For the Caregiver: Life after Colorectal Cancer Surgery

 Issues after surgery can be taxing for patient and caregiver.

HEATHER L. VAN EPPS, PHD
PUBLISHED: 1:00 AM, TUE DECEMBER 9, 2008
Talk about this article with other patients, caregivers, and advocates in the Colorectal CURE discussion group.
Most patients with colorectal cancer undergo surgery to remove tumor tissue from the colon or rectum. But this lifesaving procedure can come with unwelcome side effects.

Most patients experience changes in normal bowel functions, including increased stool frequency, flatus (gas), cramping, urgency, and decreased continence. These problems are emotionally and physically taxing for both the patient and the caregiver.

Helping the patient cope with these issues often means lifestyle changes for the caregiver as well. Dining out, for example, may not be possible in the weeks and months after surgery as the patient adapts to bowel changes and the dietary limitations that go along with them. Travel may also be difficult for patients who are unable to stray far from a restroom.

“The caregiver can really help by being accepting and understanding that it’s going to take some time for things to get back to normal,” says Kate Murphy, director of research communication at the Colorectal Cancer Coalition and herself a 25-year colorectal cancer survivor.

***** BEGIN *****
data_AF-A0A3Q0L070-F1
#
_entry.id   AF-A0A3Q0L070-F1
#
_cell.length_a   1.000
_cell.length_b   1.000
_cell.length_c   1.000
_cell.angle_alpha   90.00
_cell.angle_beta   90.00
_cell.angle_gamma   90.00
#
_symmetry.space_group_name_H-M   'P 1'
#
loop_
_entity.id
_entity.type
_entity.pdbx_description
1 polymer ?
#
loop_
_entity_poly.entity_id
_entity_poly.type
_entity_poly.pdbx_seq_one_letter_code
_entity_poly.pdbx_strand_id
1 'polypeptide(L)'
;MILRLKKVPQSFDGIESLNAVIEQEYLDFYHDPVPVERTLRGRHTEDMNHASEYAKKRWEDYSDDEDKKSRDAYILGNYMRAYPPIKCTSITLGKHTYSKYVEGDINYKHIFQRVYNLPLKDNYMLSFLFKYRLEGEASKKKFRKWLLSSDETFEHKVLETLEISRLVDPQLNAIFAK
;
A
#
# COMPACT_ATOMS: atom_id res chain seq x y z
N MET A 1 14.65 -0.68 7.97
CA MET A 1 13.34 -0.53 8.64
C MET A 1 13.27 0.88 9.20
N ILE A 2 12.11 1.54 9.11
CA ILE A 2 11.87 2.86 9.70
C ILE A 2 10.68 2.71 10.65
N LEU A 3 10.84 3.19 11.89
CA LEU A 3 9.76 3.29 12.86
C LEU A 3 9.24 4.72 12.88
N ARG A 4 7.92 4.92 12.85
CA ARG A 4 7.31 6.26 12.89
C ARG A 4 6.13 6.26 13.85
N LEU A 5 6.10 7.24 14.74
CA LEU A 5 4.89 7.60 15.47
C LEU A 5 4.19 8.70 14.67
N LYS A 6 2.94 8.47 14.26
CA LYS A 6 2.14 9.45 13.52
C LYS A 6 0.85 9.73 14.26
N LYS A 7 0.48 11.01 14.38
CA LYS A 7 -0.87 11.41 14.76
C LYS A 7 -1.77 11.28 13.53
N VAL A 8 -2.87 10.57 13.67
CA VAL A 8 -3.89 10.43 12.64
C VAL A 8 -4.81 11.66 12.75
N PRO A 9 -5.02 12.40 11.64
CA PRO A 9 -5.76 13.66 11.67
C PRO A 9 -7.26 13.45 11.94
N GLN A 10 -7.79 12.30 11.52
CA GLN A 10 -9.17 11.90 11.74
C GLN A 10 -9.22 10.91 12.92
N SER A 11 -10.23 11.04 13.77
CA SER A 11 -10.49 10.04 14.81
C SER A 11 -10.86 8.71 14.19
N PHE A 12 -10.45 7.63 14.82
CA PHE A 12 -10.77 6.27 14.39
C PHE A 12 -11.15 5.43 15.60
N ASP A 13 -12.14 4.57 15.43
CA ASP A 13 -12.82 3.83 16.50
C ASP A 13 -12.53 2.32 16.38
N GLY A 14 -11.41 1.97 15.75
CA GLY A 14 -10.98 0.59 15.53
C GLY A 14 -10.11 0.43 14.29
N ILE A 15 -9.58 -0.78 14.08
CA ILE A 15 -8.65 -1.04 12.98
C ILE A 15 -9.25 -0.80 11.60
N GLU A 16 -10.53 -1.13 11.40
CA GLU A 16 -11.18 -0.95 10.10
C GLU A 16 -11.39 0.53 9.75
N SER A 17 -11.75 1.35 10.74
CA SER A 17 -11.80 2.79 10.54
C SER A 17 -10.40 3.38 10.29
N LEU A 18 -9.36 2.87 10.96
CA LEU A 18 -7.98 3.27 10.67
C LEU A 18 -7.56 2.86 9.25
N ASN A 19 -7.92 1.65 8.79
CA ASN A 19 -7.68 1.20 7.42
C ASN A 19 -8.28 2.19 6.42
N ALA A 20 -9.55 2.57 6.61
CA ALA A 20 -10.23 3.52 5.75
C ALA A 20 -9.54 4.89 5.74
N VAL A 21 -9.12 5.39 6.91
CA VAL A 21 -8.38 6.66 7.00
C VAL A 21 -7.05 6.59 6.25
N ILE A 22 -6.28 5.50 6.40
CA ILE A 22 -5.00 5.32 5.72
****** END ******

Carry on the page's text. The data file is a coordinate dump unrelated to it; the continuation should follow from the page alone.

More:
Besides offering an extra dose of patience, caregivers can also play an active role in the recovery process. Helping the patient maintain a food diary, for example, is a good way to keep track of which foods are tolerable and which make symptoms worse. “It can be very discouraging for patients to try to figure out what to eat and how to manage a bowel that doesn’t always work the way that they expect it to,” Murphy says. “Really looking at what you’re eating and keeping track of it is important.”

For most colorectal cancer patients, bowel function eventually returns to normal, allowing both patient and caregiver to resume their usual activities. But for a small percentage of patients, surgery results in a colostomy or ileostomy, in which the upper end of the bowel or intestine is brought outside the abdomen and connected to a collection bag.

“Dealing with an ostomy takes time,” says Murphy, who had an ileostomy last year. The caregiver can help ease the transition by providing both practical and emotional support. Murphy stresses the importance of finding a good ostomy nurse, who can educate both patient and caregiver in how to properly care for the appliance.

Although they are usually focused on the needs of the patient, Murphy recommends caregivers reach out to others in the same situation through support groups and nonprofits to share frustrations and anxieties.

Talk about this article with other patients, caregivers, and advocates in the Colorectal CURE discussion group.
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